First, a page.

There was a time when all parties welcomed a new party leader with a standing ovation. There was a time when all parties allowed that leader time to adjust to his or her new position. That time has passed. These days there are no honeymoons.
On the day after Kathleen Wynne was elected leader of the Liberal Party, Tim Hudak -- following the pattern set a decade ago by his Uncle Stephen -- launched attack ads against Wynne. Andrea Horwath demanded a public inquiry into the cancelled gas plants.
Martin Regg Cohen points out that:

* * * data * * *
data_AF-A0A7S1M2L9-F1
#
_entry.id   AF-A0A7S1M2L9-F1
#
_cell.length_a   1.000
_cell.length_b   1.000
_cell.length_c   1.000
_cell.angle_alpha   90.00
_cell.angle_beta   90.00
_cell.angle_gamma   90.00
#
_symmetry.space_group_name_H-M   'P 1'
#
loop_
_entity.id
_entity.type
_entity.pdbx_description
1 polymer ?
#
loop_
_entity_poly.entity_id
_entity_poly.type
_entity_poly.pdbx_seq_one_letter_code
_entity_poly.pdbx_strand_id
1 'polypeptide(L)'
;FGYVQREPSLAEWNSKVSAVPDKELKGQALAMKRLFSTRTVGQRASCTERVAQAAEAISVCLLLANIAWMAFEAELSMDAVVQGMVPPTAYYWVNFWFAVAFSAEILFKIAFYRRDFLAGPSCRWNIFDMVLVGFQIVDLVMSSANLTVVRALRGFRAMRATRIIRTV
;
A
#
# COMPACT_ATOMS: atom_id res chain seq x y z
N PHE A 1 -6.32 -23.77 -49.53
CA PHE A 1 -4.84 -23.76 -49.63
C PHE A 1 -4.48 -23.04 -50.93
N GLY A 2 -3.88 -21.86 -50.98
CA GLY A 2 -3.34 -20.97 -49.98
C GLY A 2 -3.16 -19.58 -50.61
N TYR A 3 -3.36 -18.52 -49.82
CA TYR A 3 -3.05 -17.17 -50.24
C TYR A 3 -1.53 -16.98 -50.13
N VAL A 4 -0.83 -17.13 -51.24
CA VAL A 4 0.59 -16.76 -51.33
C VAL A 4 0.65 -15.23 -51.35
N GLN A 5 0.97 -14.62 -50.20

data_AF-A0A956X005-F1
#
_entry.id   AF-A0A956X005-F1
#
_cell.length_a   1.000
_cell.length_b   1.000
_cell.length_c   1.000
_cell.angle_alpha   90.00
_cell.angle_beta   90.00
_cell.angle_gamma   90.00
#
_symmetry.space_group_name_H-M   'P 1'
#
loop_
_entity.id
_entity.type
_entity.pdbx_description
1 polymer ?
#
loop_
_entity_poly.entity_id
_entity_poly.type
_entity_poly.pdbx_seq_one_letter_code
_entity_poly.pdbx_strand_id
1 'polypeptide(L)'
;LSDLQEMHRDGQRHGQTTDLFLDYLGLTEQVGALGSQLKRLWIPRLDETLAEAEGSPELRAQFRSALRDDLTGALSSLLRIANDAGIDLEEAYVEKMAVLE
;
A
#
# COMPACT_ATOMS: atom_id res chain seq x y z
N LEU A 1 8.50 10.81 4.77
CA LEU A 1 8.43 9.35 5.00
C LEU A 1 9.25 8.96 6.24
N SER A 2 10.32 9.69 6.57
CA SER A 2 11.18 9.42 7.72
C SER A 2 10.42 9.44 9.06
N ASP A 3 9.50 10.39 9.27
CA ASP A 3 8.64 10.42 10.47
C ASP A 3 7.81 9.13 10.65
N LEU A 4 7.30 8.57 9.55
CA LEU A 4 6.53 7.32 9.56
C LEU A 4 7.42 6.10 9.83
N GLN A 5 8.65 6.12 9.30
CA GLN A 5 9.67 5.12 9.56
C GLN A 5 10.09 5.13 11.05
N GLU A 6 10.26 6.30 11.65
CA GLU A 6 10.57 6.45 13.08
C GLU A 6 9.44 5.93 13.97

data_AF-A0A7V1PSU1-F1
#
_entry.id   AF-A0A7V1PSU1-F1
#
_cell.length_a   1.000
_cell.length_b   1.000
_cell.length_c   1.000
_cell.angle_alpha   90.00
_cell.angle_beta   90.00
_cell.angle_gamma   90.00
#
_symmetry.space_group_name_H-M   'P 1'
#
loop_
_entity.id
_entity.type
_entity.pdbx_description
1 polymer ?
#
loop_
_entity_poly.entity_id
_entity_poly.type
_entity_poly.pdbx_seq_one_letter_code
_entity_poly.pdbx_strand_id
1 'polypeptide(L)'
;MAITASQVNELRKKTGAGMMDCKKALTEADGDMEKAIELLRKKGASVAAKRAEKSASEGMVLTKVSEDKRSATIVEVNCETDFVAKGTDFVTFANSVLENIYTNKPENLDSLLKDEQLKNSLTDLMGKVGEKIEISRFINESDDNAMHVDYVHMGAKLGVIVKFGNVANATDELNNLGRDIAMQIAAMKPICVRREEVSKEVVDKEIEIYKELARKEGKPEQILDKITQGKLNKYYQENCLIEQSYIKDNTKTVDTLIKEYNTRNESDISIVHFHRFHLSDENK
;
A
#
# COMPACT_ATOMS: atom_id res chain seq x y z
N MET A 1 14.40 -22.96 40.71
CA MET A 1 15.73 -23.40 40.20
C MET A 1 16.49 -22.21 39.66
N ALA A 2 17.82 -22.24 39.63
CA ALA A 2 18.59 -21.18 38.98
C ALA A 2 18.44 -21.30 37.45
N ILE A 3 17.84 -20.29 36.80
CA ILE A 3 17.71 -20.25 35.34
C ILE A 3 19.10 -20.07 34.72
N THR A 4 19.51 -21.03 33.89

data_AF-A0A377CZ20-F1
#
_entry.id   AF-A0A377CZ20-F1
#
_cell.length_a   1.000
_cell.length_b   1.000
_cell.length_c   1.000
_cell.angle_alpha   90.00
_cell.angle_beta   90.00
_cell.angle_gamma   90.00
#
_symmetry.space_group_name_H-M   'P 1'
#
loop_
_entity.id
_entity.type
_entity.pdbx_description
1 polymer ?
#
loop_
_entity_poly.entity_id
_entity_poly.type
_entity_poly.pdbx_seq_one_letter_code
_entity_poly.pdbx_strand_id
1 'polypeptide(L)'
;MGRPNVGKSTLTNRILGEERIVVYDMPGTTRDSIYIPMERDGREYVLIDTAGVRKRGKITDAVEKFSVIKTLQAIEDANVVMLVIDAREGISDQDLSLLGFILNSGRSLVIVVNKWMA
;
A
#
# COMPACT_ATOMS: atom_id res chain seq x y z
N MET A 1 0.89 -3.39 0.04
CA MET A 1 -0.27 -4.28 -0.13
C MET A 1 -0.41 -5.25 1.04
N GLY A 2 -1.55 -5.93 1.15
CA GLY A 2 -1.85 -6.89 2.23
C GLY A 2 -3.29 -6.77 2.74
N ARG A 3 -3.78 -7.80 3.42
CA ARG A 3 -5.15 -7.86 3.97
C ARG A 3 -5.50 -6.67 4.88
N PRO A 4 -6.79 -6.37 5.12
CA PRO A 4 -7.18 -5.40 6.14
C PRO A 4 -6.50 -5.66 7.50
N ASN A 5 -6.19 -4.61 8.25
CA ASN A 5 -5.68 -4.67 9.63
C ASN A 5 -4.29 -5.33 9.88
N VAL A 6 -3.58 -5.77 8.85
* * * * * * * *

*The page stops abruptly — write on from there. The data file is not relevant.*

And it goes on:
The auditor general will report on the government’s waste of public funds in March. And MPPs now have more than 50,000 documents to wade through in a legislative committee, which is part of their job description.
And Tim Hudak can't wait to make another strategic blunder:
Hudak faces a different challenge. As a perceived progressive, Wynne opens up space on the centre-right that his Progressive Conservatives would dearly love to reclaim. Trouble is, he has been tacking hard right for a year, issuing provocative “white papers” proposing to privatize electricity generation and unravel union rights. Many centrist voters who might have been up for grabs may be scared off.
Shakespeare's Falstaff proclaimed that discretion is the better part of valor. One wonders if the leaders of the opposition have read Shakespeare.